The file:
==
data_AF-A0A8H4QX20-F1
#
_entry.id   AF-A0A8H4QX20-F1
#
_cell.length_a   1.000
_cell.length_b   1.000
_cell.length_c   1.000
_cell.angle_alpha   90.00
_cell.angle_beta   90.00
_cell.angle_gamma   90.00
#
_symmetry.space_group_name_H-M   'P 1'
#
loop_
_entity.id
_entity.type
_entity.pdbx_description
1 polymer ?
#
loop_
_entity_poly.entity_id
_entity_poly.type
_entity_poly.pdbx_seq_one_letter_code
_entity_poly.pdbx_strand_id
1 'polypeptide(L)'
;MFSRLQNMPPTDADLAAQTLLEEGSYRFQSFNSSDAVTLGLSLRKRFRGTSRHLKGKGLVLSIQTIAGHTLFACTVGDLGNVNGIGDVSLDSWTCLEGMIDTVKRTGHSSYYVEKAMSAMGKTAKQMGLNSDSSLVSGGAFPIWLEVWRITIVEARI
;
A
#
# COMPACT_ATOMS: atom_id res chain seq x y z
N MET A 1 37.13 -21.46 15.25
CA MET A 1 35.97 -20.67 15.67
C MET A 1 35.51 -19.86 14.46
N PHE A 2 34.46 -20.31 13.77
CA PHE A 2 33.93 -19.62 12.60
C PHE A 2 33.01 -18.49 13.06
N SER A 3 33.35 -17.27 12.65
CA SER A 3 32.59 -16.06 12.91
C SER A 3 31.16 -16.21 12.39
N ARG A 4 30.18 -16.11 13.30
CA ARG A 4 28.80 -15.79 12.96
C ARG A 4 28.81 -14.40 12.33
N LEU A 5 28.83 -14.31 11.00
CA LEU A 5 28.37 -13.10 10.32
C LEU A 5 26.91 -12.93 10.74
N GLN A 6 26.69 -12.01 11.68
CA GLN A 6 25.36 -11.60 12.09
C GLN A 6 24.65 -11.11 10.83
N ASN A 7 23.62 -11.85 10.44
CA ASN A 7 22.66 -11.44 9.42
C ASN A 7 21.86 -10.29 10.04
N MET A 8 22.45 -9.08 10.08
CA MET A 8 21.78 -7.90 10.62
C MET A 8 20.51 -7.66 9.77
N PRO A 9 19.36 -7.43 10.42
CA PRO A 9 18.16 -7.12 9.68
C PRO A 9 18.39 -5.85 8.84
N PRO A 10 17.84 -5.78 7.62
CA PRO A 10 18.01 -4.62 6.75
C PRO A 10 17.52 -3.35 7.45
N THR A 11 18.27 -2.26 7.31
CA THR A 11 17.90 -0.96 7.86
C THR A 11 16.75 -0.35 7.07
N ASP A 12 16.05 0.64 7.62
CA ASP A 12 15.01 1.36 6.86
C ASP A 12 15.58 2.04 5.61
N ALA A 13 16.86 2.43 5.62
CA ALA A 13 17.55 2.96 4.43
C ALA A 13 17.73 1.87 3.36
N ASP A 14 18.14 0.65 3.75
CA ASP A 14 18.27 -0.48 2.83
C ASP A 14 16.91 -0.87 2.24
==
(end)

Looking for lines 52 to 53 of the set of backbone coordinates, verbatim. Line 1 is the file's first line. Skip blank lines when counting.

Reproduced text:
N MET A 8 22.45 -9.08 10.08
CA MET A 8 21.78 -7.90 10.62